Wednesday, 14 September 2011

Wilhelm Sasnal, Sadie Coles, London (9 June – 27 August 2011)

The cool, clinical and emotionless interior of Sadie Coles is a perfect backdrop for fifteen new paintings by Polish artist, Wilhelm Sasnal.  Displayed on its perfectly white-washed walls and devoid of any apparent cohesion or meaning, Sasnal’s work emanates an air of aloofness and general distain for any viewer.  His debt to Luc Tuymans is surely unquestionable with his use of washed out colours, faux-naïve brushstrokes and random, mundane subject matter (stylistic tools seen many times for many years at graduate art shows).

One of the few paintings with a title is first encountered when entering the gallery.  The Sun is a curiously anaemic painting.  It feels like a canvas on which the artist had begun a painting but then discarded.  Propped up against the studio wall and forgotten, sunlight from a window appears to have bleached the painting with some scorch marks of orange under-painting seeping through.

The pure abstraction of The Sun seems out of place with Sasnal’s other paintings here, being mainly figurative and landscape.  Monochrome or pastel interiors hang beside a brooding landscape and stark still lives, although depictions of mother and baby, either as fragmented sculptural pieces or a copy of a photograph (again defaced) hint at a deeper level of engagement with a particular subject matter.

The gallery handout clarifies his interest in themes of motherhood, the sacrificial nature of parenthood and the exploration of Catholic iconography in contemporary Poland in these paintings, which begins to explain their curious mix of dated signifiers.  It is a mistake though to think that all of Sasnal’s paintings in this show can be as easily categorised.  Subject matter and context seem less important to him than the manipulation and mastery of paint itself.  All the paintings are oil on canvas, the most traditional of artistic traditions.  From his sculptural and impasto handling in the ‘motherhood’ pieces, which are truly breathtaking when looking at them up close, to the confident and bravado handing of simple tonal palettes in Pigsty and still lives of a bucket and sponge Untitled, 2011 and bottle of medicine on a laptop Untitled, 2011, Sasnal quietly and confidently, seduces the viewer with his mastery with paint.  The seemingly random graphic pieces and studies of Seurat also included in this exhibition appear to be continuation of the artist’s declaration of his painterly dexterity.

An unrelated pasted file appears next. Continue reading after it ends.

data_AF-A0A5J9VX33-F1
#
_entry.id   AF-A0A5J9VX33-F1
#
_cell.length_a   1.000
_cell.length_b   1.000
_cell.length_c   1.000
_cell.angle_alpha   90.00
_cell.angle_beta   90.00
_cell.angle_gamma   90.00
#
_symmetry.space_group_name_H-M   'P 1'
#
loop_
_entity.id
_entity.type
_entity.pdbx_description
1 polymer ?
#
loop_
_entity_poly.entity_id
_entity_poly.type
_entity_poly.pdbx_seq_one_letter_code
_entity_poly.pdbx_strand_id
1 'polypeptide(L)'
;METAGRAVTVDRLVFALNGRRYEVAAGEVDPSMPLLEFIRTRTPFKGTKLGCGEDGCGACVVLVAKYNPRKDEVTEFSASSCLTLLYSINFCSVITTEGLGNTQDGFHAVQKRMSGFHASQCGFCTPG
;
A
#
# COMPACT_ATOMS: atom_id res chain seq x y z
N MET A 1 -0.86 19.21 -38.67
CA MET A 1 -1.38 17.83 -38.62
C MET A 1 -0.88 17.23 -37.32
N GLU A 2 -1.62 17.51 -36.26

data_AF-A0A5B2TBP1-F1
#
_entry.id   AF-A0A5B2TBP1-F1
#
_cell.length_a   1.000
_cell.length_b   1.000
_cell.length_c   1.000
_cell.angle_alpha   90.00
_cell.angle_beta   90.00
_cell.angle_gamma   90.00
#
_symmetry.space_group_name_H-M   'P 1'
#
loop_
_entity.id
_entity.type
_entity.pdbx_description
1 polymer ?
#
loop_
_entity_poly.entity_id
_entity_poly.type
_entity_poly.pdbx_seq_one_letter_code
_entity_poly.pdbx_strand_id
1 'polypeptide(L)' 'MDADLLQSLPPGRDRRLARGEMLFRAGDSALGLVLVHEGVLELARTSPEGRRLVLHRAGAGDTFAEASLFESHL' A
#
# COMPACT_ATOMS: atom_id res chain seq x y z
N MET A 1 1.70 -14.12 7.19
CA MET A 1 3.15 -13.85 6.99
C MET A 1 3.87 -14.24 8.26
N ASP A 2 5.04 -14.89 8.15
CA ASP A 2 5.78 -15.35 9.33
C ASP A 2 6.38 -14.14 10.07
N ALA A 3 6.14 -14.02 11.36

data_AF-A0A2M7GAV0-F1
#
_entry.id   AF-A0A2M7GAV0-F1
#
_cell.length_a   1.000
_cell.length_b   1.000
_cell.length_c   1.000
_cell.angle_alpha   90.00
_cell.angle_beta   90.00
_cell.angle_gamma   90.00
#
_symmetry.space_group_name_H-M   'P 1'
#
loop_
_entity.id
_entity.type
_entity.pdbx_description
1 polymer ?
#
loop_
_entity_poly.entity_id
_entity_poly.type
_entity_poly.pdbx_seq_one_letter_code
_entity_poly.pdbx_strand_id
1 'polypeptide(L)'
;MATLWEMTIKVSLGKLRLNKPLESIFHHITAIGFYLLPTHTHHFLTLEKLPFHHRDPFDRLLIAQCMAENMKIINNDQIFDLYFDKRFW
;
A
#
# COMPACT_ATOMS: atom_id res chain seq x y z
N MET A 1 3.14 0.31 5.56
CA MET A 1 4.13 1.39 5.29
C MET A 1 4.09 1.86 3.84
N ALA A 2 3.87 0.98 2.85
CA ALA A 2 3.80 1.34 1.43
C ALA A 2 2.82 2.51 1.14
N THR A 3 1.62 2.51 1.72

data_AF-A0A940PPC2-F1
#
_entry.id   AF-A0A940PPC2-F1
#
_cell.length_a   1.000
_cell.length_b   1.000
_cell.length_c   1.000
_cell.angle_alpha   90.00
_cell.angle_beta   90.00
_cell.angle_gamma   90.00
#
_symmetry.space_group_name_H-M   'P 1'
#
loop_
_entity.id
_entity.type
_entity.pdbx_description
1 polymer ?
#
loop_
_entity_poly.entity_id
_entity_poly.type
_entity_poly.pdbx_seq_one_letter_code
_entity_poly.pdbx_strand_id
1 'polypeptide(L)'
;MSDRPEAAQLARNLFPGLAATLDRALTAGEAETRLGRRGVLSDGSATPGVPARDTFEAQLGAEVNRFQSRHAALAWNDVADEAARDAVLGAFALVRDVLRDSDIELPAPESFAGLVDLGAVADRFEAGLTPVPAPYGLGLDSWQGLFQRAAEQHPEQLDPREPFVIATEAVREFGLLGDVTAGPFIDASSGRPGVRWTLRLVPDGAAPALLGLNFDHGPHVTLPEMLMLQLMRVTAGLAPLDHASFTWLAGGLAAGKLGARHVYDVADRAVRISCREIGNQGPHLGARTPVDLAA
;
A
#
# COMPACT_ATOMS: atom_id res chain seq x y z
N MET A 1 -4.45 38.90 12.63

With a forthcoming show at Whitechapel Gallery in October, it will be interesting to see how his work translates to a much larger space as that exhibition will be a survey his work over the past ten years.

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